Psychodynamic therapy is the umbrella term used to describe the therapy that is usually conjured up in people’s minds when they think of the work of psychologists or shrinks. Freud is the father of psychology in general and he worked in a very particular way that is still echoed by psychodynamic therapists to this day. In this kind of therapy, the client does most of the talking and the therapist is quite passive. The job of the therapist is to think about and analyse the client so as to find connections between the client’s past relationships with their current difficulties. As a client, you will be expected to talk about your childhood at great length because a psychodynamic therapist takes a developmental approach. This approach takes into consideration the environmental factors that contributed to the development of your psyche. Psychodynamic therapists also believe that in order for therapy to be effective, the therapist and client need to form a strong, healthy alliance…there needs to be a relationship. This is why therapy often takes really long, sometimes many years. In my opinion, this kind of therapy is good for people who want to understand themselves with great depth and clarity, and who want to find meaning. It is a very flexible, client-driven approach that may sometimes feel a bit elusive at times but in the long run can significantly help with a whole range of problems.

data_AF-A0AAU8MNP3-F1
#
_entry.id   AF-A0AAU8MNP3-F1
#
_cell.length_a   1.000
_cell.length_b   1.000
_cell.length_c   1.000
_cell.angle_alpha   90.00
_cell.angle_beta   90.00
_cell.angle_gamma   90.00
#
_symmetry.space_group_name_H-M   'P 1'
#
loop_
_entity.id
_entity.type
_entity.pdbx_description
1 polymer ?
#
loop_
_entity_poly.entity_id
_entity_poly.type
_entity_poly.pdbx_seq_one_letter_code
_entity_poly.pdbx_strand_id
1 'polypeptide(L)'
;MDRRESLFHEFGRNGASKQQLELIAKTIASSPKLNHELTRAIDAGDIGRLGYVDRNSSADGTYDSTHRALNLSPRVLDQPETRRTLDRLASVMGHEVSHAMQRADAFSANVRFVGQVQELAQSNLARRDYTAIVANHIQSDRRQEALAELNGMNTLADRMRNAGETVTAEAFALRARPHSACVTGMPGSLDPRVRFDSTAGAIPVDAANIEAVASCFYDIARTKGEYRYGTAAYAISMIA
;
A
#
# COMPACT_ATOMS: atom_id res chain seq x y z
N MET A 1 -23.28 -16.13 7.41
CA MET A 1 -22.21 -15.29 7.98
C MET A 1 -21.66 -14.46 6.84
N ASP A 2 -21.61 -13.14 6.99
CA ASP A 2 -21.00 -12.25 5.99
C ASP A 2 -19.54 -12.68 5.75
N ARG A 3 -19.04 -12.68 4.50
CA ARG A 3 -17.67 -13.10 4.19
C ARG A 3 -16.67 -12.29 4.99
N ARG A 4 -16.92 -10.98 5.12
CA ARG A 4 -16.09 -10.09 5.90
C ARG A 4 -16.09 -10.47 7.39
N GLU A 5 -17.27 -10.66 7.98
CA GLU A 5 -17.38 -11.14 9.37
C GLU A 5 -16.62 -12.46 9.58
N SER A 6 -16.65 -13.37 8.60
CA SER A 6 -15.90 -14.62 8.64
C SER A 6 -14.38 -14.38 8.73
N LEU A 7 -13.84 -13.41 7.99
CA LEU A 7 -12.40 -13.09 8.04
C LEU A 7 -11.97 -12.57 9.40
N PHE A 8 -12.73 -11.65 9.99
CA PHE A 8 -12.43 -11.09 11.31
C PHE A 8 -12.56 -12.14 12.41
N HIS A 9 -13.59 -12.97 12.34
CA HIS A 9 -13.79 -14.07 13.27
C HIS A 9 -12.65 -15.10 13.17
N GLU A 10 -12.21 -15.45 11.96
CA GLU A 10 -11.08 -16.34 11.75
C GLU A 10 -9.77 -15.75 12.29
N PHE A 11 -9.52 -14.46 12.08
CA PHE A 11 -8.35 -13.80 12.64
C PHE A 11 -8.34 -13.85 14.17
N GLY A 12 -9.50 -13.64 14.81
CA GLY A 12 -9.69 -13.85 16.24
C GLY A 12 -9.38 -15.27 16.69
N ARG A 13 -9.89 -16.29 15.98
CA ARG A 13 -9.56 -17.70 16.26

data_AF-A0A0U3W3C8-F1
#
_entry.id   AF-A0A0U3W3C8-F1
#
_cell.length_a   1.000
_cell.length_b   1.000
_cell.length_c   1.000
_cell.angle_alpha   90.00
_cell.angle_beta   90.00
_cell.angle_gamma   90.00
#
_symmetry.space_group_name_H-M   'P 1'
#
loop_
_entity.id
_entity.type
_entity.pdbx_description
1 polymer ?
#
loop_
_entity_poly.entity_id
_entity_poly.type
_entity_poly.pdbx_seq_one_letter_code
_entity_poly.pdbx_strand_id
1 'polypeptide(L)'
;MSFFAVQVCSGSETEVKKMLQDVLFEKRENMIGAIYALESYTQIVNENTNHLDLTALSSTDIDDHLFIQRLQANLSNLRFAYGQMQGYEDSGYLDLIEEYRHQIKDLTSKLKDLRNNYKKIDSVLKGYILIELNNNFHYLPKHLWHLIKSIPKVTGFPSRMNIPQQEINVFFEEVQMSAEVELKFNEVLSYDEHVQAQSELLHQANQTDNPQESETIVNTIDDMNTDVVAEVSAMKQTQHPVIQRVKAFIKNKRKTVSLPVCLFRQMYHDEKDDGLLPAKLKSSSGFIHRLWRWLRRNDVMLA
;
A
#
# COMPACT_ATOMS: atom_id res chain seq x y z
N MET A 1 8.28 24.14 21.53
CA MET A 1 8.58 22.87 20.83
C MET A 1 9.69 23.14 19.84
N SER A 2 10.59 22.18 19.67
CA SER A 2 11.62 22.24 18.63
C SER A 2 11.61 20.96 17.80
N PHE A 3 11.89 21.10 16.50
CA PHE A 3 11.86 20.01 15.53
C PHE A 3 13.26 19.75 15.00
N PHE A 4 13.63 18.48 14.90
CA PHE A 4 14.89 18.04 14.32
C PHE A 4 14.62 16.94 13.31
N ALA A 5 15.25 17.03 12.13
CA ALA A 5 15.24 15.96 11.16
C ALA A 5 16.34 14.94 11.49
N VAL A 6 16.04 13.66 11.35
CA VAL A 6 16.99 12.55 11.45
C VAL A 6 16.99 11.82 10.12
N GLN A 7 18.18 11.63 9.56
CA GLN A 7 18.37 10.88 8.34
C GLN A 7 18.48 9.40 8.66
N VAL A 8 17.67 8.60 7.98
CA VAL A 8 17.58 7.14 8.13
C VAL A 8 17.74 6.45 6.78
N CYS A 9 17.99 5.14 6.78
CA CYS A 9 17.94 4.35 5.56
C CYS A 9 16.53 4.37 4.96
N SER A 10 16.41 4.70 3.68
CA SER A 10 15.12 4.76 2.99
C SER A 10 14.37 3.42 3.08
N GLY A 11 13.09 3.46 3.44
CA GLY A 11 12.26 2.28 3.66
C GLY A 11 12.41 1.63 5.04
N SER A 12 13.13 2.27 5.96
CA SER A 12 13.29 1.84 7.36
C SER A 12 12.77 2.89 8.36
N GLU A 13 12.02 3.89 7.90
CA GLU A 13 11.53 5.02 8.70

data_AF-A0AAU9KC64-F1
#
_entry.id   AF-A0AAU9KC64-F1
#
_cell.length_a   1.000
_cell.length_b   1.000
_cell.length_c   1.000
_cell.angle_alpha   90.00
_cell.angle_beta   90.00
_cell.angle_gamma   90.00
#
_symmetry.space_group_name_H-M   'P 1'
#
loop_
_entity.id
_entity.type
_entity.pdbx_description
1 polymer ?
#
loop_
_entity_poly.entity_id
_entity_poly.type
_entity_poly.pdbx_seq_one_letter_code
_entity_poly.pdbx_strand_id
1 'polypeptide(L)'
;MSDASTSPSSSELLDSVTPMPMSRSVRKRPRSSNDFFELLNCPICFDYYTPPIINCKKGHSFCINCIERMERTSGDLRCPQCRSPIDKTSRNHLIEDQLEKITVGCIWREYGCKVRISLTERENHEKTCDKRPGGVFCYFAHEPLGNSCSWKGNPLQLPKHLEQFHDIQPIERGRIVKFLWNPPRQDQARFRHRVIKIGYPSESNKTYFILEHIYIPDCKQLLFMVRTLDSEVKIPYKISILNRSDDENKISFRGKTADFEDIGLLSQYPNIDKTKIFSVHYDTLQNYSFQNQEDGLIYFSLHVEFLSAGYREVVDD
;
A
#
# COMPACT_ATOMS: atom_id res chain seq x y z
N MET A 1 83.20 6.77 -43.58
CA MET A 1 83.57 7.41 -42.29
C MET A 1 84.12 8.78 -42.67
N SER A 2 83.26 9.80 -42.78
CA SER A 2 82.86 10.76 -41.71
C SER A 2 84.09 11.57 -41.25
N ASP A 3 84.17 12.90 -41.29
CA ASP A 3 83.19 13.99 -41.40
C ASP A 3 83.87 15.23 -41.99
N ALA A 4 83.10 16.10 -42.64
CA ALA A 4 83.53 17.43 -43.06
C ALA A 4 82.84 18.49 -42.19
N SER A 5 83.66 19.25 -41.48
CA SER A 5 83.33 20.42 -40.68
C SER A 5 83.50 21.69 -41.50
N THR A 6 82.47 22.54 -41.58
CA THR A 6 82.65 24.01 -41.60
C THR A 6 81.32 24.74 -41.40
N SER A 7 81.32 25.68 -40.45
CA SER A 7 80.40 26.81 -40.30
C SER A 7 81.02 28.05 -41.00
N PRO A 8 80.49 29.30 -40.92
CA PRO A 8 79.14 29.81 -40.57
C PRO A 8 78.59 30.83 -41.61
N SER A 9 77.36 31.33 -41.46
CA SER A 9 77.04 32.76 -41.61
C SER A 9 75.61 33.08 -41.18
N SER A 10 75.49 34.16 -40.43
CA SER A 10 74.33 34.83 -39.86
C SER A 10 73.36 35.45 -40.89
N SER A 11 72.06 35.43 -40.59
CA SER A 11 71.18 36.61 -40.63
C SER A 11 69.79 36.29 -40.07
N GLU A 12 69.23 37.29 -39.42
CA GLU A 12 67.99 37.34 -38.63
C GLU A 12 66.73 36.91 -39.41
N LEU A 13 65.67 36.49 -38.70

CBT, on the other hand, is a far newer approach. The founder of CBT, Aaron Beck, is actually still alive. Unfortunately, there aren’t that many well-trained CBT therapists in South Africa because it is hardly taught at universities here but it is fast becoming the therapy of choice in the USA and UK. The reason for this is because there is a lot of research that proves that CBT is the most effective treatment for Depression and Anxiety. CBT is also a short-term option. It can be done in as little as 6 sessions although the average is probably 12-20. In CBT, the focus is less on what happened to you during childhood and more about how you think and behave right now. A good CBT therapist should aim to empower you to be your own therapist. Therefore, the focus is away from the relationship and more about providing you with tools to help yourself. In this way, CBT can help you manage those unwanted and debilitating thoughts and behaviours associated with depression and anxiety. On the whole, I think it is a great option if you want a quick solution. It is goal orientated and works at symptom reduction rather than meaning-making.

Of course, this is just a really brief outline and is also my own personal take on each. So I urge you to do your own research. Just remember, you are the customer. If you don’t feel right about a therapist, go to someone else…there is no shame in shopping around until you get the right fit, it is actually highly recommended. It really needs to feel right for you. And believe me, it will be worth it because if it works, it will save your life!

If you would like to find out more about the kind of therapy I practice please go to my website carlyabramovitz.com

If you are in Berlin and you would like to schedule an appointment with me or make an enquiry, please contact me on carlyabramovitz@gmail.com or +491624611308

I also offer skype consultations for those living outside of Berlin.